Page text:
Unit 3

  • The concepts in this unit proved to be challenging for students. I spread the activities out over two days to provide more time for students to both clarify and absorb the material. On Day 1, we stopped at the end of the gallery walk and I assigned as homework the question "Why do some dams cause more flooding than others?" making available the corresponding Google Earth files. I also assigned the assessment questions as homework. Day 2 we continued with the rest of the activities and discussion of the homework for this unit. This also gave me time to review grammar concepts introduced earlier.
  • When assigning the "pre-class" activity, it would be helpful to introduce the illustration at the top of the page. Some students had difficulty imagining it in three dimensions or understanding which direction the river is flowing. Pointing out the elevation of the surrounding hills and that the blue river in the center is flowing toward the bottom of the page should help them better visualize this image. The investigation of terms which follows is designed to help them better understand watershed components so it is important when introducing the image to not provide too much detail.
  • Students responded very positively to the image comparisons of the Grand Canyon and the Marañón River as well as the material on the asháninka.

Unit 4

  • My students were captivated by the events and circumstances which culminated in the political protests in Cochabamba, Bolivia, in 2000. For the context and significance of these actions to really come alive, however, they needed to see the film También la lluvia. The emotional drama of the film enabled them to more fully comprehend the value of their previous work on rain shadows and various models of supplying freshwater. I highly recommend setting aside time to show this film as an extension of the materials for this unit. Because we included the film, we covered this unit over two days of discussions plus a writing assignment tied to the film.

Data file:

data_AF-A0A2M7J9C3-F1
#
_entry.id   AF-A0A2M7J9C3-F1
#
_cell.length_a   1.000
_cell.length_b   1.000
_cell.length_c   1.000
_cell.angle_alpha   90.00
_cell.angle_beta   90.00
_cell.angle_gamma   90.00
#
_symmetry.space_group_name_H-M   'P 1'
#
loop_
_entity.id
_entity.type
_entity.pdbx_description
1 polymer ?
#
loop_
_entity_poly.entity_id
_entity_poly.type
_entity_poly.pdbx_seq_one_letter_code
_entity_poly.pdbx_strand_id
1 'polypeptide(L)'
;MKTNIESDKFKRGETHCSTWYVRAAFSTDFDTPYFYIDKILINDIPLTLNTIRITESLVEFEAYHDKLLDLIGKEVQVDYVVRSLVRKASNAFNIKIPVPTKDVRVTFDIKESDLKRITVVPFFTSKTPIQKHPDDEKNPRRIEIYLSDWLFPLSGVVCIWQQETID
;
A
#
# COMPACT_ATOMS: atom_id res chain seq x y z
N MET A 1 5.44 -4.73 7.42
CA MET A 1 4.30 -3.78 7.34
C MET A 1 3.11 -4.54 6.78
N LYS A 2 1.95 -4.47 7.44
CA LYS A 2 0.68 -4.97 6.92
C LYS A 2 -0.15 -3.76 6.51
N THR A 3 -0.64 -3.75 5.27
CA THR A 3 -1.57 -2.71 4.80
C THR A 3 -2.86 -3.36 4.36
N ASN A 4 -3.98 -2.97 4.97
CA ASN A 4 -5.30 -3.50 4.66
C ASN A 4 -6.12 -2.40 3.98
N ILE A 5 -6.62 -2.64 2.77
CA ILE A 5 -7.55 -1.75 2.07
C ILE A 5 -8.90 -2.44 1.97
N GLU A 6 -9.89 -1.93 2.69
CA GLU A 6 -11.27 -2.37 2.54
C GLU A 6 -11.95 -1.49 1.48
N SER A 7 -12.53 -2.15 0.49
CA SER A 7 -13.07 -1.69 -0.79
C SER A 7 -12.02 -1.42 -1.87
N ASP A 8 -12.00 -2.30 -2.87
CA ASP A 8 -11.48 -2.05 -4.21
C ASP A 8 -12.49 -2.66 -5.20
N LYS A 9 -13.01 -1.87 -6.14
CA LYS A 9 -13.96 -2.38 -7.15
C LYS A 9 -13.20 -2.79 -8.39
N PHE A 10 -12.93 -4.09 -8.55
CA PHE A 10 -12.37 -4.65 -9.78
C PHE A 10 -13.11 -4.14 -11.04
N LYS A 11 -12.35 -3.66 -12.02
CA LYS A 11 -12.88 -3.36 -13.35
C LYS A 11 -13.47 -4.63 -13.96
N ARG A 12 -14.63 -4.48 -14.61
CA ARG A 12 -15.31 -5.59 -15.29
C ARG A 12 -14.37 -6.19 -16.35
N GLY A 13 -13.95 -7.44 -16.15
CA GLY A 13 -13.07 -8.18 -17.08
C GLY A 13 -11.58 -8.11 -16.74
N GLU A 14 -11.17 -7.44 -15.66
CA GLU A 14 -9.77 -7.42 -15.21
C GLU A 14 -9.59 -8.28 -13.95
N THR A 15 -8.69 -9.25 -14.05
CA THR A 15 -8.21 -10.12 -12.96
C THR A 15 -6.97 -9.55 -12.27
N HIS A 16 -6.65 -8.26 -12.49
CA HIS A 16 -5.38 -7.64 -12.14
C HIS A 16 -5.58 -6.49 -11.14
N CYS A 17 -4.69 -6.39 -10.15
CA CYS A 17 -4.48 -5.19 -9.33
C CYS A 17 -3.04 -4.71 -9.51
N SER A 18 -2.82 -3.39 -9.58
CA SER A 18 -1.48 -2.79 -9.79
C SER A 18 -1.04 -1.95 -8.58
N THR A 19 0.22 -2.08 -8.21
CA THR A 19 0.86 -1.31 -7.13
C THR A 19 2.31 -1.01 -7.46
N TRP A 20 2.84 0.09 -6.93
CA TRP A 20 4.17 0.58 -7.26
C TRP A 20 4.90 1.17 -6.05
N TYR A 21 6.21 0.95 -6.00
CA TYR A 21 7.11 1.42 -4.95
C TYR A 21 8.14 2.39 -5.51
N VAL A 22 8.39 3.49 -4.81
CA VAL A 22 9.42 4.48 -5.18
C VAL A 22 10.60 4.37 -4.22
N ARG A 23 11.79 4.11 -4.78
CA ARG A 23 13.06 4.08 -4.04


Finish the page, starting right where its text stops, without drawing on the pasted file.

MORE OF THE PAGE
• For the jigsaw activity to succeed, it is critical that students complete the pre-class activity carefully. Since access to the Google Earth files is a fundamental part of the assignment, students should either be familiar with Google Earth and/or they should be given alternative access to the activities. As much as I tried to prepare my students for this assignment, inevitably, some students would not be able to access some or all of the activities through Google Earth. The video interview embedded in one of the place markers seemed to work for some students and not for others. I highly recommend making the text, images and links provided for instructors available to students as a back-up if they have trouble accessing the activities through Google Earth.
  • Covering this unit in two class periods also gave us time for grammar practice. In this case, we were working on possessives which we tied directly to the Cochabamba water war protest slogan "El agua es nuestra carajo."

Unit 5

  • My students responded well to the striking visual images, compelling cultural perspectives, and controversial legal history of the Chevron-Texaco case study. We covered the material over two days to provide extra time for the assessment activity and a mock trial as described in the "Teaching Notes and Tips." The mock trial offers excellent oral practice for students and also brings out many issues related to environmental justice.